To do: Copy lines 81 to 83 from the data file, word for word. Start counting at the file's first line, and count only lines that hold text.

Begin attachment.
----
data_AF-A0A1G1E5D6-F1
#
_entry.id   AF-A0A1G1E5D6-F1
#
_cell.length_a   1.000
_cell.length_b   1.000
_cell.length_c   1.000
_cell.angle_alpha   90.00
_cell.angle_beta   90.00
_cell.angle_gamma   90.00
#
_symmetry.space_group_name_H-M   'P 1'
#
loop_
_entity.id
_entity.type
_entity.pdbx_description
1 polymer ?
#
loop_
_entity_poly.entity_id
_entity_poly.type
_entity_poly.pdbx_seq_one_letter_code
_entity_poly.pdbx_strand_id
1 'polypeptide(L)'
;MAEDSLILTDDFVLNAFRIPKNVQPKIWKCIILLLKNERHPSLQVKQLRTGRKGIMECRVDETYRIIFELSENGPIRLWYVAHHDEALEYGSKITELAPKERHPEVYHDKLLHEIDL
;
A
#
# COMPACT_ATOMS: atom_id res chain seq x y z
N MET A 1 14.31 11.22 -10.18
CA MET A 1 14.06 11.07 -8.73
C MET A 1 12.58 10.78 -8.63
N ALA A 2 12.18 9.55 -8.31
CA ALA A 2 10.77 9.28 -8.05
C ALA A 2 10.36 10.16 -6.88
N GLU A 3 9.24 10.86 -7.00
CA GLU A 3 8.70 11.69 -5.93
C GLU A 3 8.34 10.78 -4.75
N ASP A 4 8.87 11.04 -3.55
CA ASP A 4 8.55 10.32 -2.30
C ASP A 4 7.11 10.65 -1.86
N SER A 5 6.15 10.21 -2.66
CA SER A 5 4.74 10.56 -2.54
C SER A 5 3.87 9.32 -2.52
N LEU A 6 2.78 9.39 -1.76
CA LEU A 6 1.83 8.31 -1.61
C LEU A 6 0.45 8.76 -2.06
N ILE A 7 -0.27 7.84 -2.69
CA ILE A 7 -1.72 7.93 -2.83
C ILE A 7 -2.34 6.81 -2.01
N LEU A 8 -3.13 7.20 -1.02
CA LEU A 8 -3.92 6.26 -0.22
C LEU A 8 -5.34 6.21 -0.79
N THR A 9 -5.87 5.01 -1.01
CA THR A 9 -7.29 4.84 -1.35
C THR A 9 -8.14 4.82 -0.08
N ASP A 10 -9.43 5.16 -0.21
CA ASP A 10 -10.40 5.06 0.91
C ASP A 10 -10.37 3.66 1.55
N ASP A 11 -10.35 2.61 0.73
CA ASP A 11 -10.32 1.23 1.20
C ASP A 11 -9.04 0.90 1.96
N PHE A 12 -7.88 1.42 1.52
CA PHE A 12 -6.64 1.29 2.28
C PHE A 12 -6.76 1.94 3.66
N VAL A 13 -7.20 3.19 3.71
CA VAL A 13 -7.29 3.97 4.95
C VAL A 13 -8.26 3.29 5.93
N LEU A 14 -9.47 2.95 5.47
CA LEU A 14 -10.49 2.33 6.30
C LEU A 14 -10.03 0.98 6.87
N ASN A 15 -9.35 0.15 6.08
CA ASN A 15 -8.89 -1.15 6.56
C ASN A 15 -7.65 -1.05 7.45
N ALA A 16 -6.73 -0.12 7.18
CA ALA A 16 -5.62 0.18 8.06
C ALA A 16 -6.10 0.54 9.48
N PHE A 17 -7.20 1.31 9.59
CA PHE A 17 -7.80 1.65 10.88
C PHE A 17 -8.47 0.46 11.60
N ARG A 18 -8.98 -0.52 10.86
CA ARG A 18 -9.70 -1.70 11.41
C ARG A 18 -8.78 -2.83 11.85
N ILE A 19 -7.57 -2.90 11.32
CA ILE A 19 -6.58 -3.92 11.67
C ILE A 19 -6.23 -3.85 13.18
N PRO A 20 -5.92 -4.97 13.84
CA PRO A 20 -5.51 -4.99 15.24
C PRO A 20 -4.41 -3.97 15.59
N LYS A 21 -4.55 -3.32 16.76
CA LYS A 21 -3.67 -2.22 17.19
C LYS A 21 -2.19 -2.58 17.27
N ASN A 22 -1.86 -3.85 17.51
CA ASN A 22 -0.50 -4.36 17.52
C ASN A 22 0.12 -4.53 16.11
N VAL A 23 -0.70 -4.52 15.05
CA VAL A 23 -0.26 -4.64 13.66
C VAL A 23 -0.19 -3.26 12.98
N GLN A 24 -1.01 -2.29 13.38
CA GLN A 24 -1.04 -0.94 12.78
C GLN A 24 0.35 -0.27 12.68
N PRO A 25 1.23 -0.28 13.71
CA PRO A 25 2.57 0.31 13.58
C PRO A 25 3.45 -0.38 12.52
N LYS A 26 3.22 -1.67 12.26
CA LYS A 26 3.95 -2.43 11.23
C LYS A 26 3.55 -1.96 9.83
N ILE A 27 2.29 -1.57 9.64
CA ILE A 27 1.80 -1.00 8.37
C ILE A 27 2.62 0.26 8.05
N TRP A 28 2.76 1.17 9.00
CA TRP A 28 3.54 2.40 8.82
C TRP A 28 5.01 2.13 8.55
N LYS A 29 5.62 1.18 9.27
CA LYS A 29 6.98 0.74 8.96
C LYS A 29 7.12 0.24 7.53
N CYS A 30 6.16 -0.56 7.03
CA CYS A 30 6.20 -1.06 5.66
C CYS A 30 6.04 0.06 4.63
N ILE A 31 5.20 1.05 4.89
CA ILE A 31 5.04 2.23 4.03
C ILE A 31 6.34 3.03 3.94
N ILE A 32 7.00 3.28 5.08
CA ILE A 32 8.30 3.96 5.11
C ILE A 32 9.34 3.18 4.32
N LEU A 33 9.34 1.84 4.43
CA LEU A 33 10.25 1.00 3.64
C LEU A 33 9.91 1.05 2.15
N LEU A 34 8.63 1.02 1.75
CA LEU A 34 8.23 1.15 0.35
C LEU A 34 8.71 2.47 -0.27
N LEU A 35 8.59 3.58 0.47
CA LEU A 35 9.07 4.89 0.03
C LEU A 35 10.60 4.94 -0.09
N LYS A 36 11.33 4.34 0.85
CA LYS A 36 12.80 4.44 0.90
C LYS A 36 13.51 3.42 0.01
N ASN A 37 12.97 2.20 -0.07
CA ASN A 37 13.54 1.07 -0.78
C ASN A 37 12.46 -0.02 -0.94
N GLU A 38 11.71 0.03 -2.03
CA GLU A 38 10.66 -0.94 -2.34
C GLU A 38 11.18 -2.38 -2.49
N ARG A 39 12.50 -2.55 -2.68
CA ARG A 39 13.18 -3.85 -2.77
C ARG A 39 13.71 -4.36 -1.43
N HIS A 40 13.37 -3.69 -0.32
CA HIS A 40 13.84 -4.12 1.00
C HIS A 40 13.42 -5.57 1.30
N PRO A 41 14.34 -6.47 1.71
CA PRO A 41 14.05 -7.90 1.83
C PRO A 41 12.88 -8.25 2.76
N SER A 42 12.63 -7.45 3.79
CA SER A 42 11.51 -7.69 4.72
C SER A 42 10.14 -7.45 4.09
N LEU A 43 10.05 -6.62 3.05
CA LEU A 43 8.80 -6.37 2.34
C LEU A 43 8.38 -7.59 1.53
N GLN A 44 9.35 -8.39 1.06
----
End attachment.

C PHE A 17 -8.47 0.46 11.60
N ARG A 18 -8.98 -0.52 10.86
CA ARG A 18 -9.70 -1.70 11.41